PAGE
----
- According to our partner NGO in Illubabor, Ethio-Wetlands and Natural Resource Association (EWNRA), vetiver technology is more or less being used in 17 of 22 districts in Illubabor. It is estimated that about 17,000 households are using vetiver. It is expected that the remaining 5 districts will be involved.
- The major impacts of vetiver are: decreased rate of soil erosion; increased crop (maize sorghum, vegetables) yield due to SWC; reduced siltation of wetlands and streams; groundwater recharge which subsequently improved flow of springs, streams and wetlands; survival rate of tree and coffee seedlings reached more than 80%. Other uses of vetiver: mulching in coffee plantations; thatching of houses, stores and shades (vetiver grass gives long time service); mattress making (it replels home fleas and other insects); homestead hedgerows for beautification; making rope; income generation (farmers sell vetiver clumps for planting materials); and the green leaves of vetiver are cut and spread in and around homes during holidays and social gatherings such as wedding ceremonies.
- MfM once tried roadside stabilization in one of its project areas in Illubabor. However, it has not been extended. I also remember that the Ethiopian Highway Authority had made a study to use vetiver for roadside stabilization. But I haven't seen them using it. I will try to check what is going there.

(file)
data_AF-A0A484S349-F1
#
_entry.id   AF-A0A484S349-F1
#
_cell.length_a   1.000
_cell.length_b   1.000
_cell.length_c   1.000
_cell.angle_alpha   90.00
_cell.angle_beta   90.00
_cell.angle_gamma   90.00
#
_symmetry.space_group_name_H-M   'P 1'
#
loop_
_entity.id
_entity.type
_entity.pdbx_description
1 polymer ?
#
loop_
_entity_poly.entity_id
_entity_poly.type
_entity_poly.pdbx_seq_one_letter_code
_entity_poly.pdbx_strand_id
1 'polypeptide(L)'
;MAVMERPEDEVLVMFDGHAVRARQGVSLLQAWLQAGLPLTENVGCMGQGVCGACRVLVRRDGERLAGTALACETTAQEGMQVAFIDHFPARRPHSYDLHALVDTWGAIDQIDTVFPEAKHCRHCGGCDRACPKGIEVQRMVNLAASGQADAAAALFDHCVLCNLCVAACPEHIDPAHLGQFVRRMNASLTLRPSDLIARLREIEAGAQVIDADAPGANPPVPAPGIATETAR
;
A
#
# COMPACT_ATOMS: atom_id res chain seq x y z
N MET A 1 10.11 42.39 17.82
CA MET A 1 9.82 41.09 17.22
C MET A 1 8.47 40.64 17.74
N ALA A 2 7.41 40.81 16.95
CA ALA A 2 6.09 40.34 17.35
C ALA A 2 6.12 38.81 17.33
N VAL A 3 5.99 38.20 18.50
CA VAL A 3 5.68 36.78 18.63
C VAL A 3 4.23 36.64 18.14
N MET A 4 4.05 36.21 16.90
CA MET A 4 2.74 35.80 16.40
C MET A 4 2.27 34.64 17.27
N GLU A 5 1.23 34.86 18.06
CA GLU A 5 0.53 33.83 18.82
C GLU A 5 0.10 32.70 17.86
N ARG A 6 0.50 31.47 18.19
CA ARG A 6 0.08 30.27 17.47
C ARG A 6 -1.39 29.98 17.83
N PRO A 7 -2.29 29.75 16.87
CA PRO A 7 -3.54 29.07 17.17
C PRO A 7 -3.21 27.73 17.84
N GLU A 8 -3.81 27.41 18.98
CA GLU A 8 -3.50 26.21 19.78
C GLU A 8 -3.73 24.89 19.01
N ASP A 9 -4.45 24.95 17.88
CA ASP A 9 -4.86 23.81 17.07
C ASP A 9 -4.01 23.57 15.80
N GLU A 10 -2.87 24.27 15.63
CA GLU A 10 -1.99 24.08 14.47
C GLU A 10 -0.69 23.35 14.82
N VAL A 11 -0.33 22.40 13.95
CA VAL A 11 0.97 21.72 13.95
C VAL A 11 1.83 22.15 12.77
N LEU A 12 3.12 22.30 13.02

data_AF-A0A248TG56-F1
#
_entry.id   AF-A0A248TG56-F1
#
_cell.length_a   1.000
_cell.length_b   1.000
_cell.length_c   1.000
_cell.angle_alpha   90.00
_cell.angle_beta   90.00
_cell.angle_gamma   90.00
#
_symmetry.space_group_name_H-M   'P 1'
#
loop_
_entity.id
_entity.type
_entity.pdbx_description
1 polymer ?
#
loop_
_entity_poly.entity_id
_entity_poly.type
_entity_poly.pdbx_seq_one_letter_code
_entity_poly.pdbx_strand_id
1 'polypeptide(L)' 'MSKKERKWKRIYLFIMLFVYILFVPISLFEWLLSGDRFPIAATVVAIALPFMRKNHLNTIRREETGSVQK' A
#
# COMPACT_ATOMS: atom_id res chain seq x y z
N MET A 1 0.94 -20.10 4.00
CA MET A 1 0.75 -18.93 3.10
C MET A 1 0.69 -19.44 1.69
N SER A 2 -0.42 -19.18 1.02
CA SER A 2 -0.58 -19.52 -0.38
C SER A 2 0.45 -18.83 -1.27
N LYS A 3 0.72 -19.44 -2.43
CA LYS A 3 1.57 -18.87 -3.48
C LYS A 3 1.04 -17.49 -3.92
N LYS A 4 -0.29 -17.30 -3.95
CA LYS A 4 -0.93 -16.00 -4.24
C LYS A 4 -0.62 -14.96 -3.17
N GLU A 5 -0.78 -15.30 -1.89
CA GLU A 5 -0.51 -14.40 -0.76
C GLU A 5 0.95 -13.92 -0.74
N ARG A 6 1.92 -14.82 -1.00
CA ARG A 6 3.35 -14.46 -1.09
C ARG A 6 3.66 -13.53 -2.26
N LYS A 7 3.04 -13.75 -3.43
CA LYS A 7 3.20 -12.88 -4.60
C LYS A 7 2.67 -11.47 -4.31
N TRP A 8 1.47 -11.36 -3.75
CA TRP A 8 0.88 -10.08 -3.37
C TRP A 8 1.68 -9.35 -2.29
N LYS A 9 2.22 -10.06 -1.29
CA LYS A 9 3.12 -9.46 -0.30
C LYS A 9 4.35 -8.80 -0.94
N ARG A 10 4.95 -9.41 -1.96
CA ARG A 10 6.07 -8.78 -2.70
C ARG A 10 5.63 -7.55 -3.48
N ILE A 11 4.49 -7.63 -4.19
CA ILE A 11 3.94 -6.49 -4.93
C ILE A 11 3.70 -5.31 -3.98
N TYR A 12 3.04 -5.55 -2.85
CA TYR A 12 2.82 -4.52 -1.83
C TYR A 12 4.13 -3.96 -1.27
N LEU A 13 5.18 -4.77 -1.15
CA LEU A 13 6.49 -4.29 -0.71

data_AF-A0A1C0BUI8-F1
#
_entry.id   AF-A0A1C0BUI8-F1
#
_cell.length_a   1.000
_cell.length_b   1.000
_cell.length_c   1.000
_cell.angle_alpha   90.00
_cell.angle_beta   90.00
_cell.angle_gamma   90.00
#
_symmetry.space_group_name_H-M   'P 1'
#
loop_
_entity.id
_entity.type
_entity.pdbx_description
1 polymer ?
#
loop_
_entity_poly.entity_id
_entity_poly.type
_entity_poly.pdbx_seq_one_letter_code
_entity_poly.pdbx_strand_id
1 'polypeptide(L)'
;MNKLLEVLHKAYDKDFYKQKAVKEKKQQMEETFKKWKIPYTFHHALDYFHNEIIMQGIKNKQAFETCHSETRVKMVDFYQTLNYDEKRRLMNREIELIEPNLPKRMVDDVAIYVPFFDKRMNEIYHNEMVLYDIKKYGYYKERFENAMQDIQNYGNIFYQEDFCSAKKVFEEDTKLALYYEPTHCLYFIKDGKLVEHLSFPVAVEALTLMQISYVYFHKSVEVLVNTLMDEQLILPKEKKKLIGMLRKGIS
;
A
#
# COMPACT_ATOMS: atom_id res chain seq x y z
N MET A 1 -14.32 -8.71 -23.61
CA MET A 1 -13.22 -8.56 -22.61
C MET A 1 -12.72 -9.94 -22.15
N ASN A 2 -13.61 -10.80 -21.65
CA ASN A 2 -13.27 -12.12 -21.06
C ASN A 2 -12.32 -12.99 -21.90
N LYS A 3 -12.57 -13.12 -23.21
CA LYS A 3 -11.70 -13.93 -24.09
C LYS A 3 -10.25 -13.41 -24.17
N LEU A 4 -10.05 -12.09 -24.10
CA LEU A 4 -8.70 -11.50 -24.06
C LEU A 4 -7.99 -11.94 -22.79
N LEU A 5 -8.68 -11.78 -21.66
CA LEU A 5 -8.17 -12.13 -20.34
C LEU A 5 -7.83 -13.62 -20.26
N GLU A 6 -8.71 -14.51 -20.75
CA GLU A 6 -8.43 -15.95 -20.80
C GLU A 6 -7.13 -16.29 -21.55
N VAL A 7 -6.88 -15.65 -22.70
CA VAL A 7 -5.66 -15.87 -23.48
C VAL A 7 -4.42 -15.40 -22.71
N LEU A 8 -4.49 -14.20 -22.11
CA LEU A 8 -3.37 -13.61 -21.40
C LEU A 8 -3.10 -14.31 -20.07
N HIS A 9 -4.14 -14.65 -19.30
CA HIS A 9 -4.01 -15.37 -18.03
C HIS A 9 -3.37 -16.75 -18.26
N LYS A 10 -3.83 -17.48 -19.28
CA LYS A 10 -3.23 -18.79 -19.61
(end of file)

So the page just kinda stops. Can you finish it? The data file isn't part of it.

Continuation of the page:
- The Ethiopian Government is encouraging farmers and the private sector to harvest rain water using ponds. This means, there is a great potential to use vetiver for pond stabilization.
- Donors such as the World Bank should encourage the Ethiopian Government to use vetiver technology for SWC other non agricultural purposes. The technology is already working in Ethiopia. It is a matter of giving it a proper attention further promote it through the existing extension system of the country.
The above is good news for Africa and is one of many reports that we receive from the field. After MfM completed a three year vetiver program the expansion into other parts of Illubabor was all carried out by Ethiopian organizations with minimal resources. It would be possible to repeat and expand this type of VS introduction in most countries of Africa.